Just got back from a three-day bacchanal in Dallas. The idea was to hit the best restaurants without the hassle of having to drive 90 minutes home after dinner.
First night was Fearing's at the Ritz-Carlton. Dean Fearing was the
power behind the ascendency of the Mansion at Turtle Creek. He was
lured away by the Ritz about six years ago. Dinner was disappointing.
Despite a beautiful facility and a very inviting cocktail bar at the
entry, the ambience of the dining area was much more informal than one
would expect at a Ritz-Carlton premier restaurant. Wait staff was
uniformed in wide stripe orange/white short-sleeved shirts and looked
more like what you expect in Applebee's.
The food was way over-smoked and the melange of competing flavors
piled on was not pleasing. Wine was a Turley syrah which I had to try
since I'd never tasted other than Turley zins. Big, dark,
characteristic in-your-face no apologies fruit bomb.
Night two was Stephan Pyles. A stand-alone restaurant very much in the
California classic chrome, tile and modern artwork mold. Again the
intense smoke flavors infused in the food were a disappointment. And,
again the apparent need to deluge the plate with a half-dozen or more
competing elements trying to make the dish exotic. Noisy as well.
And, again the wine was the saving grace. My choice from the wine list
was not available and the recommended alternative was from Wrath
Vineyards. I'd never encountered Wrath before but this syrah was
simply outstanding. A web search later revealed Wrath as a limite
production winery on the California coast. If their other varietals
are as good, they've got a great product for the $$. Will have to see
if they are accessible or it is a wait list and allocation program.
Night three was Charlie Palmer at the Joule. (Eponymous eateries seem
to prevail in Big D.) This was the hands-down winner of the trip.
Simply outstanding on all aspects: decor, welcome, service,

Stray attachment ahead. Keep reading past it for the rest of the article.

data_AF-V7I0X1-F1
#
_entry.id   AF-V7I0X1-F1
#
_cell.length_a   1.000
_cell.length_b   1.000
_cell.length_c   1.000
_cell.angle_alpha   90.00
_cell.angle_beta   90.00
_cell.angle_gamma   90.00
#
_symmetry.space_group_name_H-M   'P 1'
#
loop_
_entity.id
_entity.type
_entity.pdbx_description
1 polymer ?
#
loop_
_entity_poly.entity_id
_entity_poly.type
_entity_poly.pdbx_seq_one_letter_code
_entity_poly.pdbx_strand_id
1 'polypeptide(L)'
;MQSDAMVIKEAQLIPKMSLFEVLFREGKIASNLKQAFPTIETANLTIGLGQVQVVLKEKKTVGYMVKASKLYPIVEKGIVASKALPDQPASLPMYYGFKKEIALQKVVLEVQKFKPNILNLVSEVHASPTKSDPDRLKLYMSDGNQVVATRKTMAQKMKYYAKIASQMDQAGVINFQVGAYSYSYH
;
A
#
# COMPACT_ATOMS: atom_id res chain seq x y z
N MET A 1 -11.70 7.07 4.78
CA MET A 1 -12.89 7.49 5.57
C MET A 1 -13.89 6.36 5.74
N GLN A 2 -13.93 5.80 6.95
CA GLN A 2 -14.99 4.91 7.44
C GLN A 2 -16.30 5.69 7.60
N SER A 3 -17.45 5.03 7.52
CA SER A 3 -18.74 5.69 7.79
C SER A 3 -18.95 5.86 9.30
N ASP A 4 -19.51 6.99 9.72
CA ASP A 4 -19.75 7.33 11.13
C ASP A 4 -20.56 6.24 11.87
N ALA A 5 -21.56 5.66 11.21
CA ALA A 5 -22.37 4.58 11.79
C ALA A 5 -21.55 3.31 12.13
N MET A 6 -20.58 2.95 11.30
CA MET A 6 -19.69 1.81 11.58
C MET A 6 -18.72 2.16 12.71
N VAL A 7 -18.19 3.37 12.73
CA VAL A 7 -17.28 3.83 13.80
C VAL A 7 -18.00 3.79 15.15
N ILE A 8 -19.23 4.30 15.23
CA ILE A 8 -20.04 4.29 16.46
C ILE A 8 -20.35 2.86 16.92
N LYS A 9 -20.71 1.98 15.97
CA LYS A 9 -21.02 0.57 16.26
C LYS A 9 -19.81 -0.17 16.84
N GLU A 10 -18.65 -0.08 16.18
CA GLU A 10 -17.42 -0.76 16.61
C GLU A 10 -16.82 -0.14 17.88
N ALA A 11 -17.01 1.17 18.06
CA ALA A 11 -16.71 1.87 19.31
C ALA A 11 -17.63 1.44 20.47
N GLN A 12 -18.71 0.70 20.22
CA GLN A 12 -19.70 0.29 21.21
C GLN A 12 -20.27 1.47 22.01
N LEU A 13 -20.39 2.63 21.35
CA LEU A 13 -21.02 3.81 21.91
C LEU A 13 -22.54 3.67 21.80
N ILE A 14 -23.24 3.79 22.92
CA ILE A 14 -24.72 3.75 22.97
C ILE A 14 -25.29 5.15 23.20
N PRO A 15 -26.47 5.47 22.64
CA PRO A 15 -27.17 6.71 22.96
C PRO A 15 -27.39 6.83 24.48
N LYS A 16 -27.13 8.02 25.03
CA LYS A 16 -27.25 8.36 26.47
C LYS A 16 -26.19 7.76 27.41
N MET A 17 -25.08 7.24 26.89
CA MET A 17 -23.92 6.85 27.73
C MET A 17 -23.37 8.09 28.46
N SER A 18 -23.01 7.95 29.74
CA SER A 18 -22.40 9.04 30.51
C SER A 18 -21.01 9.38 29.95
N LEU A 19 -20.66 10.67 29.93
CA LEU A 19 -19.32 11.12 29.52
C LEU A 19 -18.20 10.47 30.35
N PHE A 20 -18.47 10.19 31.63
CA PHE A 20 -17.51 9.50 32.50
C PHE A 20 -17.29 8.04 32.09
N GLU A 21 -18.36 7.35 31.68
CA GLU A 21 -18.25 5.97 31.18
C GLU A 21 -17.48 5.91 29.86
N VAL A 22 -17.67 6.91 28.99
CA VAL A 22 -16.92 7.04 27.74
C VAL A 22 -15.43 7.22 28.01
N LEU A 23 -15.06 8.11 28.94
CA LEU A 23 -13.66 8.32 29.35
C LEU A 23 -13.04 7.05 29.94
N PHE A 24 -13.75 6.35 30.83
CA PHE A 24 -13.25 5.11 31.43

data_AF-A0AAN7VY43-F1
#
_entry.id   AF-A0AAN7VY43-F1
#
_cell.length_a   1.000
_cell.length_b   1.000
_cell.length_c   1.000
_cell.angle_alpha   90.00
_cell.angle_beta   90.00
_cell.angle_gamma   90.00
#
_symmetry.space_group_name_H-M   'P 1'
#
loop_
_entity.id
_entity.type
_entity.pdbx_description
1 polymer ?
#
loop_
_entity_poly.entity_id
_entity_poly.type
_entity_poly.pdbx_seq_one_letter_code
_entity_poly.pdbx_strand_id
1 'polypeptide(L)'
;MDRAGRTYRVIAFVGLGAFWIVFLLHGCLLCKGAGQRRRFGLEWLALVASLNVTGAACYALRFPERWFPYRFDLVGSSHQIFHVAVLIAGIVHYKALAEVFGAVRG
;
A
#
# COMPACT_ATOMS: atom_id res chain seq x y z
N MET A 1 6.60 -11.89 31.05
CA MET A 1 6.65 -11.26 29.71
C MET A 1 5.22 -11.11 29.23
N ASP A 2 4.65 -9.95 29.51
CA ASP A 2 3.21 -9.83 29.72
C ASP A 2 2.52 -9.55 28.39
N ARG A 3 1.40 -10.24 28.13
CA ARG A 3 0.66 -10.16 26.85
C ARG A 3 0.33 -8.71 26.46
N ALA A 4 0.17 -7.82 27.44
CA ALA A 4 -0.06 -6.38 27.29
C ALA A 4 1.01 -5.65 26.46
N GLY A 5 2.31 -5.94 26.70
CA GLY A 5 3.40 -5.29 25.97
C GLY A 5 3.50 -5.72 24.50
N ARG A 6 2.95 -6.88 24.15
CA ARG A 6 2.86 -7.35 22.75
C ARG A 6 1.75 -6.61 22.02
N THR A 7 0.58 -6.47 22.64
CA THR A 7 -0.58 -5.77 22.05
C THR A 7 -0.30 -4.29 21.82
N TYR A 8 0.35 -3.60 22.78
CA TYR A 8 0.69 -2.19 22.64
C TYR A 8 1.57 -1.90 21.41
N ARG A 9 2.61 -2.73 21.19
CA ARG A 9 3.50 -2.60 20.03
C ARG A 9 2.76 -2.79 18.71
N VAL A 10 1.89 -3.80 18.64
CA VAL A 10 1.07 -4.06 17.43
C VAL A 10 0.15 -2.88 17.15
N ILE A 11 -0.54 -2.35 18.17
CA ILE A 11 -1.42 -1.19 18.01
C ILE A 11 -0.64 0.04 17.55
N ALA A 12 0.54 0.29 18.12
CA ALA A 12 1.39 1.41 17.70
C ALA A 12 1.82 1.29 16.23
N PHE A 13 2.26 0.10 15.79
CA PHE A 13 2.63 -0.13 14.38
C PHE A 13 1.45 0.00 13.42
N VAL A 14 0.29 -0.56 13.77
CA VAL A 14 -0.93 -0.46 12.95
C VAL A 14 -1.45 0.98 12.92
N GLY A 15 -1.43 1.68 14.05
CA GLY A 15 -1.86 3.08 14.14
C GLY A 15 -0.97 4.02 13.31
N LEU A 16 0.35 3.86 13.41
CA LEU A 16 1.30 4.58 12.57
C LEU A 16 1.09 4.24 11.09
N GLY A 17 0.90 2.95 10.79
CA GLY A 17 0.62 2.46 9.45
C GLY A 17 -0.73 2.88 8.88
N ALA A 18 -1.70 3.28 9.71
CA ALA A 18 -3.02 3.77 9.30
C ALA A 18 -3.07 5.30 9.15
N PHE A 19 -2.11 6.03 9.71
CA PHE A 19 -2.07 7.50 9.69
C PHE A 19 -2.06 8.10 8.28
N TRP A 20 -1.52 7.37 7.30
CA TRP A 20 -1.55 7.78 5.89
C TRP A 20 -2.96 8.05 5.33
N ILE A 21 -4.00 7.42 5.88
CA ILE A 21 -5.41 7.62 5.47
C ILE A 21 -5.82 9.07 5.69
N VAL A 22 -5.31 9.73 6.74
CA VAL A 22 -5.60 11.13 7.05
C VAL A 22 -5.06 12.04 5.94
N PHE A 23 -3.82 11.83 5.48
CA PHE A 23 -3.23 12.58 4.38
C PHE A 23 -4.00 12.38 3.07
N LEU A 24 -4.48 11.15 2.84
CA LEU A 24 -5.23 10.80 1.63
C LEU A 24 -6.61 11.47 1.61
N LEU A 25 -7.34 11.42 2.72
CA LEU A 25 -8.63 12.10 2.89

knowledgeable staff, menu, presentation, even the art work on the
Wine was an experience. My choice was a pinot noir and they had a '99
Robert Sinskey. The story was that it was part of a planned tasting
dinner of Sinskey wines and was a library offering. Great wine. Very
dark, full-flavors, what I call a Burgundian style.
The "experience" however was the wine list. It was offered on a tablet
computer running Android. Choose your style (red/white/rose/bubbly),
varietal, country or region, winery, vintage, price range for sort
filters. Get the list of available wines (my initial sort on US pinot
noirs revealed 800 wines in stock!) You can check wines of interest
and create your own short list for refining your choice.
A great idea, but not quite mature in execution. The database stalled
on the first tablet I was given. Then I was frustrated by the lack of
flexibility to browse wider options. Talking with the sommelier he
agreed with me that it could be off-putting for someone unfamiliar
with wines. It restricted the ability to discover new varietals or
regions and was cumbersome. He freely admitted that most of his
regular customers prefer the familiar paper wine list for ease of use.
But it may be a coming trend.
- posted 8 years ago